Finally, the decision revealed MOFCOM's intent to actively participate in supervision of the divesture of assets outside China. MOFCOM imposed a prescribed time period for the divesture and asserted its authority to scrutinize key aspects of the divesture. In doing so, MOFCOM was largely following the lead of the principal foreign enforcement authorities (the Japan Fair Trade Commission and European Commission), although the assertion of such extraterritorial authority is somewhat unusual in other jurisdictions.
Panasonic/Sanyo also demonstrates MOFCOM's increasing confidence and sophistication in handling offshore transactions with a China dimension. Compared to MOFCOM's earlier decisions, Panasonic/Sanyo contains much more detailed discussion on MOFCOM's investigation procedures and reasoning. MOFCOM conducted a comprehensive investigation on the likely competitive impact of the transaction by consulting with relevant government agencies, and seeking views and comments from industrial associations, competitors and consumers and other parties concerned. Some 39 competitors/customers were interviewed by questionnaire, telephone or onsite visits. MOFCOM also appears to have focused more on the negotiation of remedies/conditions with the parties and review of the adequacy of proposed remedies/conditions. In this transaction, it took nearly two months for the parties and MOFCOM to negotiate and settle on the final remedies/conditions and the discussion on remedies/conditions constituted a major part of the published decision.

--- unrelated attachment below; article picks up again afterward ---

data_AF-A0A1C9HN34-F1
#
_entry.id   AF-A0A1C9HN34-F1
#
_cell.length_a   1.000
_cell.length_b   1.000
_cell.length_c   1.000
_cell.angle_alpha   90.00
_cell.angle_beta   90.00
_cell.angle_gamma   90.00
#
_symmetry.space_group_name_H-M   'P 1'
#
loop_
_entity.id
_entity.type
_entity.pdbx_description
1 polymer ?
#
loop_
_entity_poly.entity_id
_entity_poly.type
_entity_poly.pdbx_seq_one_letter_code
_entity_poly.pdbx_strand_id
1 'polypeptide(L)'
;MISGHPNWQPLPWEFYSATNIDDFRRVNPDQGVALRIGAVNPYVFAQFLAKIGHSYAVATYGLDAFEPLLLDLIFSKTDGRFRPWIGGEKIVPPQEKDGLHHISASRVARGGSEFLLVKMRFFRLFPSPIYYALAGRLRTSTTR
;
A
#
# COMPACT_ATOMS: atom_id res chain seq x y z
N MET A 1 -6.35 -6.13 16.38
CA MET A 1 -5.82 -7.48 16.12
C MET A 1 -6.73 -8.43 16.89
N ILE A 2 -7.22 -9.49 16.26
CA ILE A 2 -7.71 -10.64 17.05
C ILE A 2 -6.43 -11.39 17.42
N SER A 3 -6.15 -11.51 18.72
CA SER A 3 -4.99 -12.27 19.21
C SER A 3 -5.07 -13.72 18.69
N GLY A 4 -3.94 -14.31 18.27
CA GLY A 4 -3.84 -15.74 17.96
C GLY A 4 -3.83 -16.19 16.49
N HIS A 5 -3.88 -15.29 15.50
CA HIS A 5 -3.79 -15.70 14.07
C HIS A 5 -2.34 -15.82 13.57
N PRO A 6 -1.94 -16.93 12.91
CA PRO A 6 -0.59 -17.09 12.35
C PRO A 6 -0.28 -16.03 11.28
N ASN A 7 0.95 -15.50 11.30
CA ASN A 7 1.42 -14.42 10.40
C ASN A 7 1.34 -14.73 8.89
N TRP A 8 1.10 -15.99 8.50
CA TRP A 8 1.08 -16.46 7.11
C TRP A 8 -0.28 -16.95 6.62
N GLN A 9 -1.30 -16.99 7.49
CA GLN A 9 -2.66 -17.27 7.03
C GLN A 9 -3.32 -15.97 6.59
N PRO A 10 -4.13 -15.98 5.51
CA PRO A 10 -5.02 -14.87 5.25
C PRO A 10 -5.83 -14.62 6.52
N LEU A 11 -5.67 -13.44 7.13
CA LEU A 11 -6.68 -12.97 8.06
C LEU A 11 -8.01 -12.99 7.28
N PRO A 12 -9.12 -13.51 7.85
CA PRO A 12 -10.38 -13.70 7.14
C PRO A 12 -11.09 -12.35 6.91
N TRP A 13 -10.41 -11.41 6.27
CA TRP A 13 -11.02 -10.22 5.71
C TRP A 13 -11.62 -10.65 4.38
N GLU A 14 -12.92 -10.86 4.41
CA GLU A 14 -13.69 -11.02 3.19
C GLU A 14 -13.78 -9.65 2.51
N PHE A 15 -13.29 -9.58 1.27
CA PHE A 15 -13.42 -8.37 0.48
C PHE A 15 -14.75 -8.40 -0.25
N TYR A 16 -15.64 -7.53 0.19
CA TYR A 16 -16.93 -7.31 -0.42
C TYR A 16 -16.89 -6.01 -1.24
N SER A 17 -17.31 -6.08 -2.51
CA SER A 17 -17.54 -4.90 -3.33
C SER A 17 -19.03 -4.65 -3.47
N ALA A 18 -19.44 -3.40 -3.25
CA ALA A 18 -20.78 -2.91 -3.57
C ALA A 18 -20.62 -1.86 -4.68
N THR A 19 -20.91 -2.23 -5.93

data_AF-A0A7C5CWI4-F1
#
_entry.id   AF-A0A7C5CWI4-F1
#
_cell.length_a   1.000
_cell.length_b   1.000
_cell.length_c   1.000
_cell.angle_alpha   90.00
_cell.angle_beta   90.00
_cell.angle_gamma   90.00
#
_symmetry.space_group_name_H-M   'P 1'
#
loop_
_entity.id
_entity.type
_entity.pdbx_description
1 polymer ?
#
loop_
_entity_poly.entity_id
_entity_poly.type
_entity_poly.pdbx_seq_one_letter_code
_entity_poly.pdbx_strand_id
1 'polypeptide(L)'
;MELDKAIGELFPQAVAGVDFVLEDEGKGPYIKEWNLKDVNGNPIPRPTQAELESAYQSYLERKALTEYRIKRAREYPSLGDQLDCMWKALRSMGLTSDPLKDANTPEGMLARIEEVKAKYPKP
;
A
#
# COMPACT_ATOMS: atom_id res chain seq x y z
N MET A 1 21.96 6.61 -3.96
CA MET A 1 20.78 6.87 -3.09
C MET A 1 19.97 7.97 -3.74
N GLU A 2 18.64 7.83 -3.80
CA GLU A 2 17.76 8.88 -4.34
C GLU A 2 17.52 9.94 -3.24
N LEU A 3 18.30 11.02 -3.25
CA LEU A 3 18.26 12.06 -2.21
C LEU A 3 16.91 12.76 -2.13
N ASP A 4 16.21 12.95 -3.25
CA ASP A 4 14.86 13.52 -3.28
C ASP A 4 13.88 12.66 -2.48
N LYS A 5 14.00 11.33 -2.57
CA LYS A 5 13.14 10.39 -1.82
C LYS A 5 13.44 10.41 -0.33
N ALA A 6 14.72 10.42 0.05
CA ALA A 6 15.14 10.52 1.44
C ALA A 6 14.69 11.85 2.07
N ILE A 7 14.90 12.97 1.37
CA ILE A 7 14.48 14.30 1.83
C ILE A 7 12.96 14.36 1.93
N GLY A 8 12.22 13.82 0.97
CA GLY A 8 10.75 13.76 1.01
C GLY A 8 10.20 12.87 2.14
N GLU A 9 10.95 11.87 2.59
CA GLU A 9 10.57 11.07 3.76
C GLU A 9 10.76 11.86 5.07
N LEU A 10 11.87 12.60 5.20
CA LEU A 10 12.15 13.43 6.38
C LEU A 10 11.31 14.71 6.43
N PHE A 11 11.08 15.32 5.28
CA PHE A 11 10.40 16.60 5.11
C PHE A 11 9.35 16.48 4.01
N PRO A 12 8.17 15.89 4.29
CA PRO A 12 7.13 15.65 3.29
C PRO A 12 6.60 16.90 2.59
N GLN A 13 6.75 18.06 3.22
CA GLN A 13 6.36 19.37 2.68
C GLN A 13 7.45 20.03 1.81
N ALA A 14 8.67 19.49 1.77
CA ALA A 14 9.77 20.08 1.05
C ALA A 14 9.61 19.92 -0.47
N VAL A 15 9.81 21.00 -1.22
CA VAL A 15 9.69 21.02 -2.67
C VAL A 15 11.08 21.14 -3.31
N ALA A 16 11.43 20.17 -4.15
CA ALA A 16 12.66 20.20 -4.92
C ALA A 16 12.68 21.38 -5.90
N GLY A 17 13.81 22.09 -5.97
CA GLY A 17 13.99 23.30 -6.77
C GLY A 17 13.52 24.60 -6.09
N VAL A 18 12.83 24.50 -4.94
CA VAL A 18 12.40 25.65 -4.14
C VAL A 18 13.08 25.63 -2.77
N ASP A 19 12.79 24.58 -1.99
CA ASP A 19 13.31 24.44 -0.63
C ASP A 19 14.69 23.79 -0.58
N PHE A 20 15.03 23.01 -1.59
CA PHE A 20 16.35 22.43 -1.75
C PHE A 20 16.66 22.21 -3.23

In the future, foreign companies contemplating offshore transactions with a potential China impact should anticipate more assertive review by MOFCOM and the possible imposition of remedies/conditions even on a global basis. MOFCOM will likely not confine its review and remedies/conditions on China, and foreign companies should plan any transactions subject to notification in China with a careful eye to MOFCOM's implementation of the AML.